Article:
I’m personally a huge fan of Scrum. I even had the pleasure of spending the day with Ken Schwaber last week (one of the two co-developers of scrum) and we spent the day talking about Scrum, its origins, and where it’s headed. I think that the real popularity of Scrum stems from its simplicity. In order for everybody on a team to work better together, they have to first be able to understand the process whereby everybody is going to work together towards a common goal; unless everybody can understand what the process is and what the common goal is, how can you work together? Scrum addresses this issue head-on by using simple, fun terminology and clearly-defined communications channels and methods that everybody on a team can easily understand.

    But you don’t have to take my word for it… I’d suggest adding this book to your backlog.

  • Brian Keller

    Two great uses of the OData Service for Team Foundation Server 2010


    It’s been less than two weeks since I released the beta of the OData Service for Team Foundation Server 2010 and my inbox has been overwhelmed with positive feedback, suggestions for future enhancements, and people telling me how they are using this service in their own projects. Thanks to everybody who has taken time to share your experience with me!

    Some of those projects are not yet public and I don’t want to steal the thunder from the teams working on them, but I did want to share two quick examples of how people are using this service.

    First Windows Phone 7 app for Team Foundation Server in the marketplace
    Ordina Belgium built a really nice free Windows Phone 7 app called TFS Monitor. You can install the application from here if you have a Windows Phone 7 device and the Zune software installed, but be sure to read their installation instructions for how to enable this service with your own TFS server. I’m using this app with the public OData Service we deployed for CodePlex to monitor my projects. It works great! I especially like the notifications, offline support, and really nice UI that Ordina delivered with this app.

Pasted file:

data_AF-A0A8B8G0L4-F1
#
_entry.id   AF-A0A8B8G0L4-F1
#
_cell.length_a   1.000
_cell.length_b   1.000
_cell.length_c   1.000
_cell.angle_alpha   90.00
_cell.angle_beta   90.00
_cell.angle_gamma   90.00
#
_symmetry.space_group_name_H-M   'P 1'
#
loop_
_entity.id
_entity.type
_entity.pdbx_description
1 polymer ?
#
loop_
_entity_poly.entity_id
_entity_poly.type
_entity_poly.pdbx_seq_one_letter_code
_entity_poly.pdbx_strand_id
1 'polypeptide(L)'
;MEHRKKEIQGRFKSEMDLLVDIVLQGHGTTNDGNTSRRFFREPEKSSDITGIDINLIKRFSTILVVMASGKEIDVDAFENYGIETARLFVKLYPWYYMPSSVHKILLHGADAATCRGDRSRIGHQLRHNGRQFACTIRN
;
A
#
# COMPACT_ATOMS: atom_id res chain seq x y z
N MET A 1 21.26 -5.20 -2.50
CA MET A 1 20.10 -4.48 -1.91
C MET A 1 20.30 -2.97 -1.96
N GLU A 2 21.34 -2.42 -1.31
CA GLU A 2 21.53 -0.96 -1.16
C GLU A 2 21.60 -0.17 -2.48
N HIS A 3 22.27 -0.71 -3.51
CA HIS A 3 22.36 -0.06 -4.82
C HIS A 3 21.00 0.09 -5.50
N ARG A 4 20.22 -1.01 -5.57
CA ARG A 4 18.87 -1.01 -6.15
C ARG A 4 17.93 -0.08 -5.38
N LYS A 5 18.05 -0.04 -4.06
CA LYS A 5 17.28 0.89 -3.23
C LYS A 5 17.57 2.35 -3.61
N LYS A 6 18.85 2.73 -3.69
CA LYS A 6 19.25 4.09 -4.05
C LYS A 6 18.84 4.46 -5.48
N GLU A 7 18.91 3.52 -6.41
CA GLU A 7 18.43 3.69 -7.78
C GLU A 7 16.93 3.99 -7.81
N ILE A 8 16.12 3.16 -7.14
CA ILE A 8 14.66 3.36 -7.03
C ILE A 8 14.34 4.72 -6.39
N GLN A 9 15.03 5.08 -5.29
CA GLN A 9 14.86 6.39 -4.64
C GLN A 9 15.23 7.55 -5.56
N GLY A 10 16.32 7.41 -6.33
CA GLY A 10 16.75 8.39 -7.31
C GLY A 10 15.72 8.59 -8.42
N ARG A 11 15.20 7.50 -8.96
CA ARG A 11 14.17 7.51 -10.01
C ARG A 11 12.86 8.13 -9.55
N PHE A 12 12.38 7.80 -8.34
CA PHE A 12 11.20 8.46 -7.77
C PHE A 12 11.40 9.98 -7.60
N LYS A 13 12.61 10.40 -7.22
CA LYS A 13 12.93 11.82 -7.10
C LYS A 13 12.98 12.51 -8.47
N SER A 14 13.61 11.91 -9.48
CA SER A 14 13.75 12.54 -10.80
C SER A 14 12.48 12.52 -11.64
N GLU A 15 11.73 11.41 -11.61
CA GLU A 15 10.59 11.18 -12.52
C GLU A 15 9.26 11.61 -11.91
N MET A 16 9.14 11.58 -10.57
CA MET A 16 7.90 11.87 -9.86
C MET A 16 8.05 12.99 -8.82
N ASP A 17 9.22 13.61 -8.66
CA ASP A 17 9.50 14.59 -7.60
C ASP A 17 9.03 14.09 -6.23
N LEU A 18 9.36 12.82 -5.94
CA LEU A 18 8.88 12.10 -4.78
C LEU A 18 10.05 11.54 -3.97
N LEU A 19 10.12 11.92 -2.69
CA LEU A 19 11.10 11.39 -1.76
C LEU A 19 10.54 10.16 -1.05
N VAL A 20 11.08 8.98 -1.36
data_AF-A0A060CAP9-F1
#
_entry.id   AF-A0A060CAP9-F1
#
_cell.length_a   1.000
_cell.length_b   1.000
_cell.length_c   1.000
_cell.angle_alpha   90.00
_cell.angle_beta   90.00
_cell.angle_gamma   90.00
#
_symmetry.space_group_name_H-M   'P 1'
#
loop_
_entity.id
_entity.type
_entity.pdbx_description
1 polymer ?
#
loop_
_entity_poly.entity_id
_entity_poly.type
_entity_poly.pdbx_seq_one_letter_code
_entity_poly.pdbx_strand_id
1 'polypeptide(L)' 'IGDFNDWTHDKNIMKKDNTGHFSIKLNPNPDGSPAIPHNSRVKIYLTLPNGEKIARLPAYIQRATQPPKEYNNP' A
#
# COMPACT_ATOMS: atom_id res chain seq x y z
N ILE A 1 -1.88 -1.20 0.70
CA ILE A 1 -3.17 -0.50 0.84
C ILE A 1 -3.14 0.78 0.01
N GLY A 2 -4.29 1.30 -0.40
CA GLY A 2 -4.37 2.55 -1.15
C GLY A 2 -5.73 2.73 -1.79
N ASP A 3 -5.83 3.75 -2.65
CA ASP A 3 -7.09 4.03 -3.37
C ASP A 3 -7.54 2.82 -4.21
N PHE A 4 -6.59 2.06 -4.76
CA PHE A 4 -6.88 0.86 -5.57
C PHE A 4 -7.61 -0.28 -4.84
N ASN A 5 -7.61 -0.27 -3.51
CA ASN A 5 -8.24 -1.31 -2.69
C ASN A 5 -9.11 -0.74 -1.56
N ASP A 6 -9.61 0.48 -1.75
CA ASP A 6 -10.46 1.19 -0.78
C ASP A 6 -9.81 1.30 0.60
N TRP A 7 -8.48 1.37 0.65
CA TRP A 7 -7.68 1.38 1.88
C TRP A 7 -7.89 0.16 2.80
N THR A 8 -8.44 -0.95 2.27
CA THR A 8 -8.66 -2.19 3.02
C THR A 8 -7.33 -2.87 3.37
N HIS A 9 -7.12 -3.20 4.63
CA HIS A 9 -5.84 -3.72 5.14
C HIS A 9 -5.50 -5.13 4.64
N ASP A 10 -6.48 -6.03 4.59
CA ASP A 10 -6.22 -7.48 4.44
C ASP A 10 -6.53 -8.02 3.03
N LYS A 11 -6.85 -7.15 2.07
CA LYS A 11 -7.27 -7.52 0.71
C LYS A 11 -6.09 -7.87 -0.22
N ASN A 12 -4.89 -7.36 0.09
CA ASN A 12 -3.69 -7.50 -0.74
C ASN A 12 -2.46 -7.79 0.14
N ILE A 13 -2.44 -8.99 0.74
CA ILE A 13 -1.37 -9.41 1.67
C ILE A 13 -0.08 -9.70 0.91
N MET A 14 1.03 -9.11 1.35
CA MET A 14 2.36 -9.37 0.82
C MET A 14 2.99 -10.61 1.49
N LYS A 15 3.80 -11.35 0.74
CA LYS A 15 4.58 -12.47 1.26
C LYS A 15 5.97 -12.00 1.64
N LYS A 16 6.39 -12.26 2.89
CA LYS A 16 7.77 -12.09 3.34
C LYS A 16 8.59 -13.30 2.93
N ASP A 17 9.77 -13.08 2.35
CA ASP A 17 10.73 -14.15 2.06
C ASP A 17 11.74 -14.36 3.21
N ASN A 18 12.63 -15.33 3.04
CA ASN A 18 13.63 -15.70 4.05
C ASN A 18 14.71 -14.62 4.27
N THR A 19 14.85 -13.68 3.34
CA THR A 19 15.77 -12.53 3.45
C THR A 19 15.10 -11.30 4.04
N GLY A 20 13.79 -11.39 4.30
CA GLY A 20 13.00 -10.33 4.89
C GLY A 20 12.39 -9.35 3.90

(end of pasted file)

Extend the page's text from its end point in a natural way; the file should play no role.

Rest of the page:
PowerShell Commandlets
    Doug Finke, a Microsoft MVP, created some really nice PowerShell commandlets which allow you to interact with your CodePlex projects via OData. Doug has published all of the source code here, so you could use this with CodePlex or even adapt it for use with your own private deployment of the OData Service.

    Thanks to Ordina and to Doug for creating these great experiences. If you are working on a project which uses the OData Service for Team Foundation Server 2010 I’d love to hear about it.

  • Brian Keller

    Getting started with the Team Foundation Server 2010 and Project Server 2010 Integration Virtual Machine


    ***April 17, 2013 update: A new version of this VM is now available which showcases the integration between Team Foundation Server 2012 and Project Server 2013.

    **Update: There is a 4-part video series on Channel 9 which demonstrates each of these scenarios as a video screencast.

    Last month we officially released the Team Foundation Server 2010 and Project Server Integration Feature Pack. This integration enables the Project Management Office (PMO) to see a consolidated view of the progress and resource availability across all software development projects in Team Foundation Server 2010.  Software teams using Team Foundation Server 2010 can choose to manage their projects using a formal process or an agile process and flow their status and schedule updates into Project Server and Project Managers can preview changes as they flow in, track the work at a high-level and provide live updates to their stakeholders.